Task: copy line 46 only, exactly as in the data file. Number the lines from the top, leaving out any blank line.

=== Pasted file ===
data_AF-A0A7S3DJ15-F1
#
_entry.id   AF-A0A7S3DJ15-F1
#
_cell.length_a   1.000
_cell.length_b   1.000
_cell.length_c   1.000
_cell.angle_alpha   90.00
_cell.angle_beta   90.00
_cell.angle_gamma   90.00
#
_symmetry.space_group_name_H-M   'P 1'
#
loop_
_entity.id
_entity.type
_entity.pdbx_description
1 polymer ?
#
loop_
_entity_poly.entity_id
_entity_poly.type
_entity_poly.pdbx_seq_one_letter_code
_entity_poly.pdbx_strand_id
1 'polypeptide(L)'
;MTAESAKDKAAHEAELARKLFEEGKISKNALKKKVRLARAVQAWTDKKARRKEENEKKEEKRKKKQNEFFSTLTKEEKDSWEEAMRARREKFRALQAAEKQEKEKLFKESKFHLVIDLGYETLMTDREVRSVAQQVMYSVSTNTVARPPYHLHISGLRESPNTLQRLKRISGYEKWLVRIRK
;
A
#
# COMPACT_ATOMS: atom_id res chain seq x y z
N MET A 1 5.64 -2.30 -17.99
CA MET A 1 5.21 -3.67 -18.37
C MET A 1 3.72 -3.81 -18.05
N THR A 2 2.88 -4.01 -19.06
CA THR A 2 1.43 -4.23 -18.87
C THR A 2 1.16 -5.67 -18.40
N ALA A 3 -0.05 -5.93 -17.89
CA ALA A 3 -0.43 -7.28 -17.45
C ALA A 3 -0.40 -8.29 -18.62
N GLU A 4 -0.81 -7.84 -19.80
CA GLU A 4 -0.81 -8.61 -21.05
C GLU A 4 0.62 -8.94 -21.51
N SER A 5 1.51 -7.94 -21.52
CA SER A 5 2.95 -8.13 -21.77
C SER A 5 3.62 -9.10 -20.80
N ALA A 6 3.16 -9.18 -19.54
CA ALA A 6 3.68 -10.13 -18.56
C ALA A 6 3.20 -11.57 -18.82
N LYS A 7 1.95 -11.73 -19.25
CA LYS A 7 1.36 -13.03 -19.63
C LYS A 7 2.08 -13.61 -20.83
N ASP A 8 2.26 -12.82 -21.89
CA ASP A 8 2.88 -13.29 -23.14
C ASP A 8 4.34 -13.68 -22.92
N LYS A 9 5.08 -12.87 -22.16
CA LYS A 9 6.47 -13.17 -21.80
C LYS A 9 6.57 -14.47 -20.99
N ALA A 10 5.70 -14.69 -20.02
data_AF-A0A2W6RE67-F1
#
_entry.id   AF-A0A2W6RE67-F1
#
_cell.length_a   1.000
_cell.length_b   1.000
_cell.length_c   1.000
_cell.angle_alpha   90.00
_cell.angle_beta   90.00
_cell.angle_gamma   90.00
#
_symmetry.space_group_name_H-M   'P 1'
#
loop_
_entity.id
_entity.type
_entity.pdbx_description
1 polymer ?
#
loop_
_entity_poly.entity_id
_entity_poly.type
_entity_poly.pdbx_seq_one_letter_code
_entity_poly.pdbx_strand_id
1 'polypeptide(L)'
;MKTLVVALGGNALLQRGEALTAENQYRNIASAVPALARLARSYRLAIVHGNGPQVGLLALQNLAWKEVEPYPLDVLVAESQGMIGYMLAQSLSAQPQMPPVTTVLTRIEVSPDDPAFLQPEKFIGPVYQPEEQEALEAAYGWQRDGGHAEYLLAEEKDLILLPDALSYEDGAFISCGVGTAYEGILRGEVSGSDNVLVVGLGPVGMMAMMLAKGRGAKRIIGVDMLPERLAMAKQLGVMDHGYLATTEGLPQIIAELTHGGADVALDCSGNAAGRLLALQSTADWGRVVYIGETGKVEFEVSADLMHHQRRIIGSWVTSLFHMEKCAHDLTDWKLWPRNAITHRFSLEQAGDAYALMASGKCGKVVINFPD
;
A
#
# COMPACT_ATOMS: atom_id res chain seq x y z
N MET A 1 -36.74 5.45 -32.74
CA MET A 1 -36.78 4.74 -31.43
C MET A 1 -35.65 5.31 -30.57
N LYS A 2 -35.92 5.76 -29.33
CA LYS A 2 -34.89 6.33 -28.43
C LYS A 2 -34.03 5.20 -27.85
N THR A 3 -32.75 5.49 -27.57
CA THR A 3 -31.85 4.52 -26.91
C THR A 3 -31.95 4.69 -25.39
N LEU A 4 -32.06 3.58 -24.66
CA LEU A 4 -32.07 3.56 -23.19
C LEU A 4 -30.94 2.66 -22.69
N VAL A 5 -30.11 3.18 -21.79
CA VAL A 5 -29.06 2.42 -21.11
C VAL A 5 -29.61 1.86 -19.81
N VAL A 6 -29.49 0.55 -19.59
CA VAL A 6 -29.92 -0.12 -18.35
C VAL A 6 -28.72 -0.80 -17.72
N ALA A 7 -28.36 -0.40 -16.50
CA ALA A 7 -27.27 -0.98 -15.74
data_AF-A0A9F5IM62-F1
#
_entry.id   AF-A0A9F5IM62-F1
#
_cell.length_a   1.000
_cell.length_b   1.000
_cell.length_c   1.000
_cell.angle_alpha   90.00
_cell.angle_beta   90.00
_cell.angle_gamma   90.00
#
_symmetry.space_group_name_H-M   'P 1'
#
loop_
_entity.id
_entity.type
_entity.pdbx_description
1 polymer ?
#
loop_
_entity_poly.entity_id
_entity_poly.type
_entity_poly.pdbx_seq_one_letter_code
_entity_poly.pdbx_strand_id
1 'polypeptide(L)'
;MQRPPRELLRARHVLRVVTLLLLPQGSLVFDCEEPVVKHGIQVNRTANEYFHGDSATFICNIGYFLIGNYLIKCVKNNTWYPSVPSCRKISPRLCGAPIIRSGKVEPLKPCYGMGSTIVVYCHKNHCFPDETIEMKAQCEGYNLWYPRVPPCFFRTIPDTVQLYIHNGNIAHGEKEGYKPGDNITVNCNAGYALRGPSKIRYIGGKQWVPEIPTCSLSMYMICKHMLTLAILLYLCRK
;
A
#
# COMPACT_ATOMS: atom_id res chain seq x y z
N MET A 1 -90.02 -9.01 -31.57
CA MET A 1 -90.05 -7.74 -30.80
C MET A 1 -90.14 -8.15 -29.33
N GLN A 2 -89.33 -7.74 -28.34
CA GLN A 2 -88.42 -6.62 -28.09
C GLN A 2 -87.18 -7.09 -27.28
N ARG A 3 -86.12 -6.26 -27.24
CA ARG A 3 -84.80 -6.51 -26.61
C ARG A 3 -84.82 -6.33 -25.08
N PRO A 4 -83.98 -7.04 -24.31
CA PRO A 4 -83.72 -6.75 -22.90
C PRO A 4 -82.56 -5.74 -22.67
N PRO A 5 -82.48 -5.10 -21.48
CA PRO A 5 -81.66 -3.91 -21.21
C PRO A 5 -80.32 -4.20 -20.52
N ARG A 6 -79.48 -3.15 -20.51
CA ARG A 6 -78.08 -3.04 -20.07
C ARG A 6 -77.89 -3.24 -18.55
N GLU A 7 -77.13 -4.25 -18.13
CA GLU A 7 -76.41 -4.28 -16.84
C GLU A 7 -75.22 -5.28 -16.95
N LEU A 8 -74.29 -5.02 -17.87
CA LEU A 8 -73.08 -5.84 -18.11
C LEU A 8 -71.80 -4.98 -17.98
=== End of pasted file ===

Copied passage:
N ALA A 6 3.16 -9.18 -19.54